Using Elixir with Pylons

There seems to be a lot of discussion about best practices on how to create connections to SQLAlchemy or Elixir engines from within Pylons. The best solution I have found is here:

from elixir import metadata, objectstore
from pylons.database import make_session

def connect():

    session = make_session()
    objectstore.context.current = session

Bearing in mind that Elixir provides its own Session Context through objectstore.

Then, in my BaseController:

class BaseController(WSGIController):

    def __call__(self, environ, start_response):
        return WSGIController.__call__(self, environ, start_response)

This seems to work fine. The bonus is that I can call model.connect() from anywhere in my Pylons app: in, paster shell, even unit tests, and it automagically picks up the sqlalchemy.dburi setting in the correct configuration file (development.ini or test.ini, for example).

I gather that the above code should also take care of connection pooling, although I don’t really know for sure. If any SQLAlchemy experts have a take on this, please let me know.

Update: looking at the Pylons code, it seems that you don’t need to connect the engine to the metadata with each request. Pylons caches engine instances, so the engine is created once per application.  We just need to ensure that a new session is started with each new request thread. Here is the full recipe.


2 responses to “Using Elixir with Pylons

  1. I’ve noticed that people aren’t always aware of the relationship between sessions, engines, and pooled connections. Well, the relation between sessions and engines part is slightly non-straightforward only because there is more than one way to associate a session with an engine (and both can be mixed with a single session): you can bind the engine directly to the session (using create_session(bind_to=someengine)), so that all operations route through that engine; or, you can bind the engine to Tables (via BoundMetaData), which are bound to Mappers, which then get used by the Session as it operates upon individual mapped classes. The former is how Pylons does it by default; its session_context variable creates a Session which binds to an engine thats pulled from a registry within pylons.database.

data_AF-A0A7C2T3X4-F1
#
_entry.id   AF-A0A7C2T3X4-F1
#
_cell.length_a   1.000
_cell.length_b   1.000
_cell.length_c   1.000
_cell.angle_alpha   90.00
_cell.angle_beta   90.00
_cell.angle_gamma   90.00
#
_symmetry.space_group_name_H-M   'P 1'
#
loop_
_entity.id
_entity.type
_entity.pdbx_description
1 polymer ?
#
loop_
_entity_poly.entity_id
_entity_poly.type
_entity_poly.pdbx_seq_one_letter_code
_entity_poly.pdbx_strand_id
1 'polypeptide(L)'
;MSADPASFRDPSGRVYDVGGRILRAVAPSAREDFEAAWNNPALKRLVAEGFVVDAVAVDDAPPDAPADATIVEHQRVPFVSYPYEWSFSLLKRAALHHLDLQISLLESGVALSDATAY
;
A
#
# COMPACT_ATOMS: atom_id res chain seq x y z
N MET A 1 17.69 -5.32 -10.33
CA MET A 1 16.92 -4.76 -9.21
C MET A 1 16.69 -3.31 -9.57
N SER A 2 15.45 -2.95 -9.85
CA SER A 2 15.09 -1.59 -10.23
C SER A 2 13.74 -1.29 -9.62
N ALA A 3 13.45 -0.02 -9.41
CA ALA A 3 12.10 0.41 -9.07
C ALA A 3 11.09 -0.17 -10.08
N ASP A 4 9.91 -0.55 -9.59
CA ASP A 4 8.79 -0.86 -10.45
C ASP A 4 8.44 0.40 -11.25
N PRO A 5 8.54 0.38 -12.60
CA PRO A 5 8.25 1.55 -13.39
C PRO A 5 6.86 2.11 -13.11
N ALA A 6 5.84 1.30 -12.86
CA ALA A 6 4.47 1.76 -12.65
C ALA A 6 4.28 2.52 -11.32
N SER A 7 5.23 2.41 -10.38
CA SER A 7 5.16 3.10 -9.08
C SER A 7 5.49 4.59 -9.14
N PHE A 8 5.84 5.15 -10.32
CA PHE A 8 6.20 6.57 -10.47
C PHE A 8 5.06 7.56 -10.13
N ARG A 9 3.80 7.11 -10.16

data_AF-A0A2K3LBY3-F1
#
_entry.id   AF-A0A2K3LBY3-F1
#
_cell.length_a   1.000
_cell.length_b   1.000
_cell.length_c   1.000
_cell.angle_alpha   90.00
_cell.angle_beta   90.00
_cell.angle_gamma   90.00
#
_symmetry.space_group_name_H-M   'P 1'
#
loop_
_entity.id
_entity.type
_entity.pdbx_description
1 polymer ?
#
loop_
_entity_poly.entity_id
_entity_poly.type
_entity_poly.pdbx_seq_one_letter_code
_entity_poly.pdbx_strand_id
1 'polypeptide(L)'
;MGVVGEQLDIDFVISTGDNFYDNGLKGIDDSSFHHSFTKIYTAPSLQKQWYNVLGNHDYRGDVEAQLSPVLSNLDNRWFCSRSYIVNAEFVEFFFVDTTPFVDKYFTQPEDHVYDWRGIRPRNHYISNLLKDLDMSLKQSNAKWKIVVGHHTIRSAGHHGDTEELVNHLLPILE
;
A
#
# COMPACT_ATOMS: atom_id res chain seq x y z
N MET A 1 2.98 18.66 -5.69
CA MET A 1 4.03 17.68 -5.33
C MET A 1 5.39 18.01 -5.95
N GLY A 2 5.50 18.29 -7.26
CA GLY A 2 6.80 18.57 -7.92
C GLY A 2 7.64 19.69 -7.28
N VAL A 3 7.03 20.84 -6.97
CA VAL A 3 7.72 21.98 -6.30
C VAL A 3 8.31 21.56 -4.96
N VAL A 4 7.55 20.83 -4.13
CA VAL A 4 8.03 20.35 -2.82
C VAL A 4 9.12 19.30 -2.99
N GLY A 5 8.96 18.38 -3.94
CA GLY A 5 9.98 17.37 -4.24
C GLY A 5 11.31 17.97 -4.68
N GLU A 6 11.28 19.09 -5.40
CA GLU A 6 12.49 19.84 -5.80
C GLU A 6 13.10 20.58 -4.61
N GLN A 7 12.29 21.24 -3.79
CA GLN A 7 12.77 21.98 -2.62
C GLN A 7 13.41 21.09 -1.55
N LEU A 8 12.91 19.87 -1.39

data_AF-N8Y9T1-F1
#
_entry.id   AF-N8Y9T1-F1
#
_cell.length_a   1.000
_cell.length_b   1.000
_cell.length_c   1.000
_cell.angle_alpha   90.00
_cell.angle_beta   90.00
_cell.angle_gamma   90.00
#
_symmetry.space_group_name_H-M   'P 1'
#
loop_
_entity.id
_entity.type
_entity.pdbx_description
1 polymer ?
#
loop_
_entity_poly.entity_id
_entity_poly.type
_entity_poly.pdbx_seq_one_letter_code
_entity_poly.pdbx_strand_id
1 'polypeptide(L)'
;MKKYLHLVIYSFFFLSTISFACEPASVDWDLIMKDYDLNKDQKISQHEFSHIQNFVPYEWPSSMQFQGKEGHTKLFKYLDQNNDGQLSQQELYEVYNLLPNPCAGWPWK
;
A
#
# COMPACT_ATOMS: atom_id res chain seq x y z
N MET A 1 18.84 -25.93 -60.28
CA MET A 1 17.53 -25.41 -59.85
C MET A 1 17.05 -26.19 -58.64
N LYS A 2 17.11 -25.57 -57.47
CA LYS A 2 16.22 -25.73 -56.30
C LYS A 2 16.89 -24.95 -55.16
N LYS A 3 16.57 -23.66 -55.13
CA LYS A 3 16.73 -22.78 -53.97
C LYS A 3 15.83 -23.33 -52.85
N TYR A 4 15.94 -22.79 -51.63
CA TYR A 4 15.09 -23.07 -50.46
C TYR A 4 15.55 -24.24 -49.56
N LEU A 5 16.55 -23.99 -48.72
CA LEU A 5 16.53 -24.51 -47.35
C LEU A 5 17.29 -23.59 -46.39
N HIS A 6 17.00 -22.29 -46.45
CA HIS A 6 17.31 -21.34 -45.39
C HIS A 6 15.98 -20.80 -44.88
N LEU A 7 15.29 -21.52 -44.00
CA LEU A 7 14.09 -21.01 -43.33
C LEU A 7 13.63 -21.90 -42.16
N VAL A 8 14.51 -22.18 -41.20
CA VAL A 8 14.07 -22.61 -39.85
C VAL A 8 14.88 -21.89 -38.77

The relationship between engines and pooled connections, OTOH, is easy: the answer is, “yes”. I’ve recently clarified the docs a little more on this, i.e., the engine gets its connections from a connection pool, always ! Of course, the connection pool itself in a highly customized scenario can be a “null” pool which isnt actually pooling, but by default its an object that expects lots of concurrent users of connections (an instance of QueuePool in most cases).

    So basically, its pretty much impossible to use an SA session or engine without using pooled connections unless you very specifically stuck a non-standard pool class in there. The only thing you want to keep track of is that you are only using a single engine per database URI. Not like you can’t use more than one, but that would be wasteful since one engine is already going to pool its connections.

  2. zzzeek: thanks for clearing up that point. If anyone is interested, here’s the documentation on connection pooling:
    You can do things like set the connection timeout and size of your pool.
    Another point is that if you want to manage sessions inside your requests, middleware might be a better way to go than putting the code in your BaseController:
    WSGI middleware BTW is a really fascinating concept, I think there’s an article’s worth about it….

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